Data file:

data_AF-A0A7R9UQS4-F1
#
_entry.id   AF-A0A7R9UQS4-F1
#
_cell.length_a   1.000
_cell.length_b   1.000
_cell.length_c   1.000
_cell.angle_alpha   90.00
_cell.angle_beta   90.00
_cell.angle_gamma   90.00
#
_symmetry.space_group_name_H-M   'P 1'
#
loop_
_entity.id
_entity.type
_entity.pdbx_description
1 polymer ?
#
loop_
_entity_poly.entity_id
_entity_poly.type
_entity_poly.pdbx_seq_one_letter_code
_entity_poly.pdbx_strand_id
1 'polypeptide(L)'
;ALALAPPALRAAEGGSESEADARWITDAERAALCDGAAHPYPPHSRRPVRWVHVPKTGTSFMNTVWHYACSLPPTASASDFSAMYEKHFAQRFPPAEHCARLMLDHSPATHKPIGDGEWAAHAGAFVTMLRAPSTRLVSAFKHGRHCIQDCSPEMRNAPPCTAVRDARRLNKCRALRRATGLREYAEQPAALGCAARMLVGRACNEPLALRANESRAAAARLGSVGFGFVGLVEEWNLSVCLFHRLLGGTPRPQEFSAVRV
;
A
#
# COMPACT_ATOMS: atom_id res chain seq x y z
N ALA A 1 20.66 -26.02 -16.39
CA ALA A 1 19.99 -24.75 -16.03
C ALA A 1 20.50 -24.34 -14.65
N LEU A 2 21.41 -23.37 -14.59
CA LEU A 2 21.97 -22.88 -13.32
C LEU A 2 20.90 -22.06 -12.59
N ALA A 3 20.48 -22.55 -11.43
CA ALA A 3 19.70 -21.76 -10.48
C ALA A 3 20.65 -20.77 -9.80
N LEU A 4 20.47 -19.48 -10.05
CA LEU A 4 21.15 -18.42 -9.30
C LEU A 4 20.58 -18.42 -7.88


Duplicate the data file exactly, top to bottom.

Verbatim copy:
data_AF-A0A7R9UQS4-F1
#
_entry.id   AF-A0A7R9UQS4-F1
#
_cell.length_a   1.000
_cell.length_b   1.000
_cell.length_c   1.000
_cell.angle_alpha   90.00
_cell.angle_beta   90.00
_cell.angle_gamma   90.00
#
_symmetry.space_group_name_H-M   'P 1'
#
loop_
_entity.id
_entity.type
_entity.pdbx_description
1 polymer ?
#
loop_
_entity_poly.entity_id
_entity_poly.type
_entity_poly.pdbx_seq_one_letter_code
_entity_poly.pdbx_strand_id
1 'polypeptide(L)'
;ALALAPPALRAAEGGSESEADARWITDAERAALCDGAAHPYPPHSRRPVRWVHVPKTGTSFMNTVWHYACSLPPTASASDFSAMYEKHFAQRFPPAEHCARLMLDHSPATHKPIGDGEWAAHAGAFVTMLRAPSTRLVSAFKHGRHCIQDCSPEMRNAPPCTAVRDARRLNKCRALRRATGLREYAEQPAALGCAARMLVGRACNEPLALRANESRAAAARLGSVGFGFVGLVEEWNLSVCLFHRLLGGTPRPQEFSAVRV
;
A
#
# COMPACT_ATOMS: atom_id res chain seq x y z
N ALA A 1 20.66 -26.02 -16.39
CA ALA A 1 19.99 -24.75 -16.03
C ALA A 1 20.50 -24.34 -14.65
N LEU A 2 21.41 -23.37 -14.59
CA LEU A 2 21.97 -22.88 -13.32
C LEU A 2 20.90 -22.06 -12.59
N ALA A 3 20.48 -22.55 -11.43
CA ALA A 3 19.70 -21.76 -10.48
C ALA A 3 20.65 -20.77 -9.80
N LEU A 4 20.47 -19.48 -10.05
CA LEU A 4 21.15 -18.42 -9.30
C LEU A 4 20.58 -18.42 -7.88